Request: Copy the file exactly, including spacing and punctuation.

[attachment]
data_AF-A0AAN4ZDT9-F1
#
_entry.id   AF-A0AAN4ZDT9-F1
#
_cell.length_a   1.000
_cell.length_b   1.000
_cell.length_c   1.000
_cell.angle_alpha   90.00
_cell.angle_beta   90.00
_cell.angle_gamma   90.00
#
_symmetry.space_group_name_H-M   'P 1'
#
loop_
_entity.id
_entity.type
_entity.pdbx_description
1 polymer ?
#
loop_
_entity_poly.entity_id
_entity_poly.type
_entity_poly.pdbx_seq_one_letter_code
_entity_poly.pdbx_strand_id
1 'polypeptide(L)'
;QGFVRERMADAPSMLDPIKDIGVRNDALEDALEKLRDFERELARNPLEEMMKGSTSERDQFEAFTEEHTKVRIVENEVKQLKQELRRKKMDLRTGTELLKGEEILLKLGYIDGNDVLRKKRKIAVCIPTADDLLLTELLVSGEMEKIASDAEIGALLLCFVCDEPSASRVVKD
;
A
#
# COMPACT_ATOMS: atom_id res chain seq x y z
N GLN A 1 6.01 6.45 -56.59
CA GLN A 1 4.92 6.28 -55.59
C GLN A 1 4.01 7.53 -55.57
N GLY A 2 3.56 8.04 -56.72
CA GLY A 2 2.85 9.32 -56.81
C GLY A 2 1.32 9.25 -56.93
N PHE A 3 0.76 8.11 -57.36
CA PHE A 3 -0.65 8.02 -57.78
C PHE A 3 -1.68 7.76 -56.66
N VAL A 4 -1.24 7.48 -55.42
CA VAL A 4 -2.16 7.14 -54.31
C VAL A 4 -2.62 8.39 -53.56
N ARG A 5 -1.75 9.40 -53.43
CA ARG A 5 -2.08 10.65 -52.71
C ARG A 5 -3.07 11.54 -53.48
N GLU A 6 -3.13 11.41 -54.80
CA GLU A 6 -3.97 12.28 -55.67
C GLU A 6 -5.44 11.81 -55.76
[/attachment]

data_AF-A0AAN4ZDT9-F1
#
_entry.id   AF-A0AAN4ZDT9-F1
#
_cell.length_a   1.000
_cell.length_b   1.000
_cell.length_c   1.000
_cell.angle_alpha   90.00
_cell.angle_beta   90.00
_cell.angle_gamma   90.00
#
_symmetry.space_group_name_H-M   'P 1'
#
loop_
_entity.id
_entity.type
_entity.pdbx_description
1 polymer ?
#
loop_
_entity_poly.entity_id
_entity_poly.type
_entity_poly.pdbx_seq_one_letter_code
_entity_poly.pdbx_strand_id
1 'polypeptide(L)'
;QGFVRERMADAPSMLDPIKDIGVRNDALEDALEKLRDFERELARNPLEEMMKGSTSERDQFEAFTEEHTKVRIVENEVKQLKQELRRKKMDLRTGTELLKGEEILLKLGYIDGNDVLRKKRKIAVCIPTADDLLLTELLVSGEMEKIASDAEIGALLLCFVCDEPSASRVVKD
;
A
#
# COMPACT_ATOMS: atom_id res chain seq x y z
N GLN A 1 6.01 6.45 -56.59
CA GLN A 1 4.92 6.28 -55.59
C GLN A 1 4.01 7.53 -55.57
N GLY A 2 3.56 8.04 -56.72
CA GLY A 2 2.85 9.32 -56.81
C GLY A 2 1.32 9.25 -56.93
N PHE A 3 0.76 8.11 -57.36
CA PHE A 3 -0.65 8.02 -57.78
C PHE A 3 -1.68 7.76 -56.66
N VAL A 4 -1.24 7.48 -55.42
CA VAL A 4 -2.16 7.14 -54.31
C VAL A 4 -2.62 8.39 -53.56
N ARG A 5 -1.75 9.40 -53.43
CA ARG A 5 -2.08 10.65 -52.71
C ARG A 5 -3.07 11.54 -53.48
N GLU A 6 -3.13 11.41 -54.80
CA GLU A 6 -3.97 12.28 -55.67
C GLU A 6 -5.44 11.81 -55.76